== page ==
The Bible Stands!
“Thy word is true from the beginning: and every one of thy righteous judgments endureth for ever.” (Psalm 119:160)

Very few books survive very long. Only a few survive past the first printing, and science books especially get out of date in just a few years.

But one book is eternal! The Bible stands! Even its most ancient chapters are still accurate and up to date. Furthermore, despite all the vicious attacks of both ancient pagans and modern humanists, it will continue to endure. Jesus said: “Heaven and earth shall pass away, but my words shall not pass away” (Matthew 24:35; Mark 13:31; Luke 21:33). Even after everything else dies and all the bombastic tirades of skeptics and secularists are long forgotten, the Word endures. “The grass withereth, the flower fadeth: but the word of our God shall stand for ever” (Isaiah 40:8).

Note the oft-repeated testimony to this same effect in Psalm 119. In addition to the comprehensive promise of today’s text, this great “psalm of the word” also contains these affirmations: “For ever, O LORD, thy word is settled in heaven....Thy testimonies have I taken as an heritage for ever: for they are the rejoicing of my heart....The righteousness of thy testimonies is everlasting:...Concerning thy testimonies, I have known of old that thou hast founded them for ever” (Psalm 119:89, 111, 144, 152). Founded forever, inherited forever, settled forever, lasting forever! God is eternal, and His Word was true from the beginning.

People may, in these last days, arrogantly think they can “take away from the words of the book of this prophecy” (Revelation 22:19), but such presumption will only “take away [their] part out of the book of life,” and the Bible will still stand. “The word of the Lord endureth for ever. And this is the word which by the gospel is preached unto you” (1 Peter 1:25). HMM

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October 5, 2020
Lessons from Colossians
“To the saints and faithful brethren in Christ which are at Colosse: Grace be unto you, and peace, from God our Father and the Lord Jesus Christ.” (Colossians 1:2)

Paul’s letter to the church in Colossae is especially instructive to those who would seek a close relationship with the Lord Jesus.

Chapter 1 provides a breathtaking summary of the purpose for which we are saved and the eternal changes that take place at salvation: “And you, that were sometime alienated and enemies in your mind by wicked works, yet now hath he reconciled in the body of his flesh through death, to present you holy and unblameable and unreproveable in his sight” (Colossians 1:21-22).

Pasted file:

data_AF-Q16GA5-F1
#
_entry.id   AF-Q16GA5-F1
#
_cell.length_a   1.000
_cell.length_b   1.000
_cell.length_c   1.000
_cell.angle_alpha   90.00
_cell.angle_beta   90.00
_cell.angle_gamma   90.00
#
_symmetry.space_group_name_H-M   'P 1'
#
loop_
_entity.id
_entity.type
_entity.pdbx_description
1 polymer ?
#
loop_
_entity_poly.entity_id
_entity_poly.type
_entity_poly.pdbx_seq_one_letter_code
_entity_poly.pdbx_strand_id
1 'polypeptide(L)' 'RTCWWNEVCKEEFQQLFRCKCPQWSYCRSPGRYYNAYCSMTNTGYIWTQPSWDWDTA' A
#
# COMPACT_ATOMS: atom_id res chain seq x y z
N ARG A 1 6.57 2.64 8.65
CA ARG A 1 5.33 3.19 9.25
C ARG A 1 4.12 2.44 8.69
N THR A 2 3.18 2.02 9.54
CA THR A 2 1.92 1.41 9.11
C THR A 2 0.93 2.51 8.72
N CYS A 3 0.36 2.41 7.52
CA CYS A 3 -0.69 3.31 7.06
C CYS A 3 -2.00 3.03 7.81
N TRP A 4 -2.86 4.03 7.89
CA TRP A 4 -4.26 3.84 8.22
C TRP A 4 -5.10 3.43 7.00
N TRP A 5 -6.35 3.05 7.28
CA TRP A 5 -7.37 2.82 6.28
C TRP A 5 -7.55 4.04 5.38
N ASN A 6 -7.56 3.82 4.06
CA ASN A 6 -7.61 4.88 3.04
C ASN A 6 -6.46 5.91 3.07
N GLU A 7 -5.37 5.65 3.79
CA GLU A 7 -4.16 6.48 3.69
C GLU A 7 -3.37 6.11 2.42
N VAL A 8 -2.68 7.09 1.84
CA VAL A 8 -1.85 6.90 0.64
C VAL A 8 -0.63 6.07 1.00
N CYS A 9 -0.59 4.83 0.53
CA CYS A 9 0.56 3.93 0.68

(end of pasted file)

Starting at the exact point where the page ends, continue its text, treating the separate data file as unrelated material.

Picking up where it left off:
Chapter 2 provides clear warnings about the spiritual battle that is taking place and precise insights on gaining victory over the world: “As ye have therefore received Christ Jesus the Lord, so walk ye in him: rooted and built up in him, and stablished in the faith, as ye have been taught, abounding therein with thanksgiving” (Colossians 2:6-7).

Chapter 3 insists that our responsibility is to take advantage of what has been provided by Christ and to live as Christ-ians: “If ye then be risen with Christ, seek those things which are above, where Christ sitteth on the right hand of God. Set your affection on things above, not on things on the earth” (Colossians 3:1-2).

Chapter 4 gives practical instructions for our day-to-day relationships through the lives of the godly people who worked with Paul: “Walk in wisdom toward them that are without, redeeming the time. Let your speech be always with grace, seasoned with salt, that ye may know how ye ought to answer every man” (Colossians 4:5-6). HMM III

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October 6, 2020
Filled with the Knowledge of His Will
“For this cause we also, since the day we heard it, do not cease to pray for you, and to desire that ye might be filled with the knowledge of his will in all wisdom and spiritual understanding.” (Colossians 1:9)

Paul has chosen a particular word, pleroo, to describe an action that “fills to the top” so that the knowledge about which he prays has no more space to fill. While speaking to his friends in Rome, Paul said that he was “persuaded of you, my brethren, that ye also are full of goodness, filled with all knowledge, able also to admonish one another” (Romans15:14).

This includes the kind of knowledge (Greek epignosis) of God’s will that stresses precise and complete understanding of that will for our lives. “According as his divine power hath given unto us all things that pertain unto life and godliness.... that by these ye might be partakers of the divine nature.” These “things” (the knowledge, the precious promises) enable us to escape “the corruption that is in the world through lust” (2 Peter 1:3-4).